About Cholera

Key points

  • Cholera is a bacterial disease spread through contaminated water and food.
  • Cholera can cause severe diarrhea, dehydration, and even death if the disease goes untreated.
  • People living in places with unsafe drinking water, poor sanitation, and inadequate hygiene are at highest risk of cholera.
Three young girls carrying containers of water on their heads.

What it is

Cholera is an infection of the intestines caused by the bacterium Vibrio cholerae. You can get cholera from drinking water or eating food containing cholera bacteria.

Most people who get cholera don't get sick. However, cholera can cause life-threatening watery diarrhea and vomiting. Every year, an estimated 1.3 to 4 million people around the world get cholera, and between 21,000 to 143,000 people die.

With early and proper treatment, even severely ill patients can survive cholera.

Signs and symptoms

Most people who get cholera have mild symptoms or no symptoms at all. About 1 in 10 people develop severe symptoms such as watery diarrhea, vomiting, and leg cramps. Losing body fluids quickly can lead to dehydration and shock.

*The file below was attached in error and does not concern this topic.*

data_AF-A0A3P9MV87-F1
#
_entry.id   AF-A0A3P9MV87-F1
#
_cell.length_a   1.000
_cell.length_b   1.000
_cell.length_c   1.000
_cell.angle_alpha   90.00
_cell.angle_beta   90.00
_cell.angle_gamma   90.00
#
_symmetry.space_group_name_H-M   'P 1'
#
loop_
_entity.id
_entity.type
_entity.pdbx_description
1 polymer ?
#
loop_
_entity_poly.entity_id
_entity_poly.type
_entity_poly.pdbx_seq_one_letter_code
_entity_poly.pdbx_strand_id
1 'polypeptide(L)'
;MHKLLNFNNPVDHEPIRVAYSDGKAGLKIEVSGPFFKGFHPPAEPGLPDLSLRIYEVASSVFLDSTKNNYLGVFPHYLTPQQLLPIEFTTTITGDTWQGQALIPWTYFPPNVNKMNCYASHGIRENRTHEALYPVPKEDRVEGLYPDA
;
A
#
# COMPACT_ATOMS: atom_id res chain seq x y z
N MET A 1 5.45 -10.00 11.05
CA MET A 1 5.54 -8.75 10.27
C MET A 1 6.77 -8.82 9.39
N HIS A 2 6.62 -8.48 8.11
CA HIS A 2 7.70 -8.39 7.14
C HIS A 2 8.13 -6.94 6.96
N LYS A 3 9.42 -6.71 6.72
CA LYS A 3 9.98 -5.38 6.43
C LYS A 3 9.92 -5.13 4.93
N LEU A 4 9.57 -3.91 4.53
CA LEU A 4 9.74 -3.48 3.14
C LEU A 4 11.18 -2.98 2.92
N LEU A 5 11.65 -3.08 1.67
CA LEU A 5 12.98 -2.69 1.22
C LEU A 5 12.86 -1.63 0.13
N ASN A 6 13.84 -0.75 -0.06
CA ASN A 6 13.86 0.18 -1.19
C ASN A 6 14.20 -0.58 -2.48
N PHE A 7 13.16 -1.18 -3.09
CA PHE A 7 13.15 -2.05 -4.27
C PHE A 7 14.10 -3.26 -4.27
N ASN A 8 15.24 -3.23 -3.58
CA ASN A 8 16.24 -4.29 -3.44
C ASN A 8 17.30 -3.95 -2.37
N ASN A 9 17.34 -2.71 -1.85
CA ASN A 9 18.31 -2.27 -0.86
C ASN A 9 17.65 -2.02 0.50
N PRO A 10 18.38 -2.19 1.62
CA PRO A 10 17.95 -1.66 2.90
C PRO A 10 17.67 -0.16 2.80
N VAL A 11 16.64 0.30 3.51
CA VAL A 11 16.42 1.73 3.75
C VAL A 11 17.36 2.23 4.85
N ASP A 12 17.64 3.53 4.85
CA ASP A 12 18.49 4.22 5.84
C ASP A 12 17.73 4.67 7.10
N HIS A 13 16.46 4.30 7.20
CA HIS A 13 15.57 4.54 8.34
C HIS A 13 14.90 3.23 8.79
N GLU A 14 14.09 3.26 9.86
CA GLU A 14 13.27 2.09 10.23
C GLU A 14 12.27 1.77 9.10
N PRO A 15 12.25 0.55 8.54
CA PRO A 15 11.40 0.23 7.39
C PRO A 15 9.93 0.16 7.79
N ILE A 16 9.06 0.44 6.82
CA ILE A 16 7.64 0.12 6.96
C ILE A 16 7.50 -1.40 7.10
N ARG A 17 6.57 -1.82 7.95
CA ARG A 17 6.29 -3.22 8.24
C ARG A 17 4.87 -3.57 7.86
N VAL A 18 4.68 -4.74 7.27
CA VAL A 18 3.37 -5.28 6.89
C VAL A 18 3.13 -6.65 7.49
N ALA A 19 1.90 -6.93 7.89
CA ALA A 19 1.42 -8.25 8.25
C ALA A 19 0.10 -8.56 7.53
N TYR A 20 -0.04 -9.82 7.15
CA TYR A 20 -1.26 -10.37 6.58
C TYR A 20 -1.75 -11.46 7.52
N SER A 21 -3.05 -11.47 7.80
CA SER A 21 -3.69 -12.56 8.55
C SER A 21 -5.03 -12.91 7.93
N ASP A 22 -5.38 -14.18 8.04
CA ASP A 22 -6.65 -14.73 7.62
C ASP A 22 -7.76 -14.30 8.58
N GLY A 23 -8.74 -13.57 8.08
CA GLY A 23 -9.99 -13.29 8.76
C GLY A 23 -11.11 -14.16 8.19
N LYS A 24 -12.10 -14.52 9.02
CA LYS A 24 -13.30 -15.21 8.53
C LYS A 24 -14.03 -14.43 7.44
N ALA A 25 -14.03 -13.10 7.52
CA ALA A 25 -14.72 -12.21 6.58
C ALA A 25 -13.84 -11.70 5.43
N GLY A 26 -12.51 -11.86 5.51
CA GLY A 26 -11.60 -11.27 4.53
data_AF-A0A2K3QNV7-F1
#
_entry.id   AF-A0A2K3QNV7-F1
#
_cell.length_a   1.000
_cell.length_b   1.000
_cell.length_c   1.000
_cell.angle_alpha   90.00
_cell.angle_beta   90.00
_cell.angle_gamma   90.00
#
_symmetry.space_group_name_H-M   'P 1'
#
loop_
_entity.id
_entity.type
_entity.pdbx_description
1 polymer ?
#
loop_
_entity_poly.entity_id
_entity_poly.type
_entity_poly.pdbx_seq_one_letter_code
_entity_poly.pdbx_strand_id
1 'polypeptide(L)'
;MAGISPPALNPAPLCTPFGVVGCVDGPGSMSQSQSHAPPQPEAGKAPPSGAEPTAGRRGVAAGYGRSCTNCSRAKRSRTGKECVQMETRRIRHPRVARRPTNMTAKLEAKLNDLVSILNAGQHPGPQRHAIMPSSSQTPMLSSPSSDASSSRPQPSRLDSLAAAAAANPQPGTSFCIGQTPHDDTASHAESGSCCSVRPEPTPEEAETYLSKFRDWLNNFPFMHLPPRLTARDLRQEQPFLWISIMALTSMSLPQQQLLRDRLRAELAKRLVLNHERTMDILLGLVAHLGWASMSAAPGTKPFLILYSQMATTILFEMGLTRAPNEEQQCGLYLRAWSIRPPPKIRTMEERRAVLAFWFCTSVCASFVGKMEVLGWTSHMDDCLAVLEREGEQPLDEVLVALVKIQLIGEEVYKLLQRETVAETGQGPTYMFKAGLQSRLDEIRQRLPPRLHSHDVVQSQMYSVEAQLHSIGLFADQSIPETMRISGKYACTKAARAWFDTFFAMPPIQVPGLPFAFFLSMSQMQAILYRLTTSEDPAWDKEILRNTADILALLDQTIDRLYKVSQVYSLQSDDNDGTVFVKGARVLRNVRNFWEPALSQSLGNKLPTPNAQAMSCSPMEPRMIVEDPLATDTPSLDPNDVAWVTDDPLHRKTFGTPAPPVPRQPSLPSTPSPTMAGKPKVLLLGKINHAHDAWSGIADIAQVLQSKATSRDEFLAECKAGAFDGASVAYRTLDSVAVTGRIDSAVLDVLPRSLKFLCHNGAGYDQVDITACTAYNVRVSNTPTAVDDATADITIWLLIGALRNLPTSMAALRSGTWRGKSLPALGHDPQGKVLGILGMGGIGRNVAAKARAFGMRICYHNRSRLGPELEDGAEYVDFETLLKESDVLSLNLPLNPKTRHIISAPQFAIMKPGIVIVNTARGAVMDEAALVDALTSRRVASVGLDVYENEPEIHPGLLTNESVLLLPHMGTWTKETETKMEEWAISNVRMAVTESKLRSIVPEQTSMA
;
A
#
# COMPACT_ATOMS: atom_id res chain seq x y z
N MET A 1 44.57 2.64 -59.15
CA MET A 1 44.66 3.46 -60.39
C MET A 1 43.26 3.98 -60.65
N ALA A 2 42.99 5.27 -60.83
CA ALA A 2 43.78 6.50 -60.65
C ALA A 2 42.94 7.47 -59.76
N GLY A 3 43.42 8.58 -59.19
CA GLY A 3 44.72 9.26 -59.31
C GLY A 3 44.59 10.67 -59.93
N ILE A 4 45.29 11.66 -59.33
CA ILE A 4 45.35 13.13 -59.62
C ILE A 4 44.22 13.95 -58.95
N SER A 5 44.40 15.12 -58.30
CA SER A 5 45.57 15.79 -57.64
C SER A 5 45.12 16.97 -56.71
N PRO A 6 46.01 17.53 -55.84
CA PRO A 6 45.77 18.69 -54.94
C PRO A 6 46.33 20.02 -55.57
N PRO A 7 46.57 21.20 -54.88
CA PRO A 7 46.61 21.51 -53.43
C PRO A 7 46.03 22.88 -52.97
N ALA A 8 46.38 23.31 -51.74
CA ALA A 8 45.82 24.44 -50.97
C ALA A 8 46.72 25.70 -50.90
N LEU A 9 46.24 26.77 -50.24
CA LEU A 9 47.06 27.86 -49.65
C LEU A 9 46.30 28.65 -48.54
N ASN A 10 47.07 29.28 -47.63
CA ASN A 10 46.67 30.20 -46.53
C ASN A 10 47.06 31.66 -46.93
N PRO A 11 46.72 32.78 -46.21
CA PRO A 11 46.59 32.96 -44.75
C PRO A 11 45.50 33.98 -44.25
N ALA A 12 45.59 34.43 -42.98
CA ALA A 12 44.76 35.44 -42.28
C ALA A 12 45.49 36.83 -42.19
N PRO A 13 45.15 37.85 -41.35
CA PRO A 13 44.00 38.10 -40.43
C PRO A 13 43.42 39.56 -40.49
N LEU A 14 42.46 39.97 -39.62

Who is at risk

People living in areas with unsafe drinking water, poor sanitation, and inadequate hygiene are at highest risk of getting cholera.

U.S. residents can get cholera while traveling abroad and sometimes become ill after returning home. Some travelers have gotten sick after bringing contaminated seafood home with them from abroad.

How it spreads

People usually get cholera from drinking water or eating food that contains traces of poop from someone with cholera. The disease can spread quickly in areas where sewage and drinking water aren't adequately treated.

Cholera bacteria also can live in brackish (slightly salty) and coastal waters. Eating raw shellfish can cause cholera.

Cholera is not likely to spread from person to person or from casual contact with someone with cholera.


Water flows through cupped hands.
Using treated water helps prevent cholera.

If you plan to travel, check if cholera is common or ongoing in the area you are visiting. If cholera is present, washing your hands with soap and safe water, drinking treated water, and getting vaccinated against cholera are among the steps that can help prevent you from getting sick.

Keep Reading: Cholera Vaccines

Treatment and recovery

If you think you or a family member might have cholera, get medical attention immediately. Dehydration can occur quickly and replacing lost fluids is essential. For babies with watery diarrhea, continue feeding them breast milk or formula to help them stay hydrated.

Treatment for cholera can include:

  • Rehydration therapy
  • Antibiotics
  • Zinc supplementation for children
Keep Reading: Treating Cholera